Thoughts on Composition and Improvisation



Chris Dobrian


The words composition and improvisation are most commonly used to designate different, or even diametrically opposed, musical activities. As soon as one begins to compare the application of the two terms, however, it becomes clear that each term really refers to certain traits shared by activities, rather than to a specific activity. Once we recognize that the terms encompass groups of activities--ways of categorizing activities--it also becomes clear that the categories overlap: the two activities have similarities as well as differences.

I believe that the similarities and differences of these musical activities--these processes of making music--not only represent philosophical approaches and values, but characterize the resulting music. Therefore, it is interesting to examine some of the obvious and not-so-obvious differences and similarities between composition and improvisation.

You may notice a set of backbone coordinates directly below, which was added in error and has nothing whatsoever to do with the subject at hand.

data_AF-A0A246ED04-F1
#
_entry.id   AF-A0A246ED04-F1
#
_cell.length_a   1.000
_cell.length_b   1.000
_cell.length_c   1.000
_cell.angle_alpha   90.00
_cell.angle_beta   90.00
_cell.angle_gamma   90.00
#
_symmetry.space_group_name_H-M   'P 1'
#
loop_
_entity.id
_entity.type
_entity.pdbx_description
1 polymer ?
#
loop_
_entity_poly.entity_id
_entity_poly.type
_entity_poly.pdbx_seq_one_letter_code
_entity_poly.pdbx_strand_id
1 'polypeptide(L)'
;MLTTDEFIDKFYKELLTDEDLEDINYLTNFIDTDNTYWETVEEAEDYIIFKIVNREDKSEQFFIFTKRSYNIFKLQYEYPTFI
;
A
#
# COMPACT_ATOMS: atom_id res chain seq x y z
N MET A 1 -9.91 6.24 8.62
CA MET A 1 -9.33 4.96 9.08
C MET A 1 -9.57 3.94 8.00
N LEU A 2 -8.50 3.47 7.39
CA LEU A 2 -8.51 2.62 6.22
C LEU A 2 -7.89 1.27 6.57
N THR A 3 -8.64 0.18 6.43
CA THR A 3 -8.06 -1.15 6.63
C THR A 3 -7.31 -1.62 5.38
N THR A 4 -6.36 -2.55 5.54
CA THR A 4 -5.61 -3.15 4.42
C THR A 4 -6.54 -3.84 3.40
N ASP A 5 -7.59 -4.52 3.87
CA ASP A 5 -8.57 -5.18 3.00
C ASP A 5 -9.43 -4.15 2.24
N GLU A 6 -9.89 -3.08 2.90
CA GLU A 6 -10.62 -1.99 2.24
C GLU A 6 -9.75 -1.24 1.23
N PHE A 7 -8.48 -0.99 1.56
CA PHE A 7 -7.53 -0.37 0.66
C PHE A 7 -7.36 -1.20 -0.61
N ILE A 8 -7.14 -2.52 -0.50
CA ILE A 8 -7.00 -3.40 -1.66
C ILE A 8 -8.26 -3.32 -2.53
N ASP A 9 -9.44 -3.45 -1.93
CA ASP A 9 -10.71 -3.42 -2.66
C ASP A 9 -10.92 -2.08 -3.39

1. Composition is written. Improvisation is not.

There are many reasons why one writes down a musical idea. Probably the earliest and most important reason for notating music is to transmit it elsewhere in time and space. Before the invention of sound recording the only way to recreate a musical experience in another time and place was to memorize it or to notate it, then to play it again imitating as nearly as possible the original experience. Undoubtedly music was repeated by memory well before notation was used, and human memory is probably a more thorough (though more volatile) "storage medium" for saving and recreating musical experience. When music is of a certain complexity or length, written notation shows some advantages over memorization because paper is a more stable storage medium than the brain. (Barring physical damage, paper does not suffer from memory loss.) Notation is not free from a potential loss of information, however, since memory must be translated onto paper and back into sound; notation is invariably an incomplete representation of sonic memory.

Thus, notation of music can be viewed in some cases as simply an aid to memory or a preferred storage medium for recreating music in another time and place. This begs the question, "Why recreate a musical experience?" As a starting point, it seems reasonable to accept that the simple desire to relive or reconvey a pleasurable experience (innocent of any egotistical intent) is a natural wish. Perhaps a more interesting question is, "What is actually being recreated--what aspects of the original experience are retained--when one plays from memory or notation?"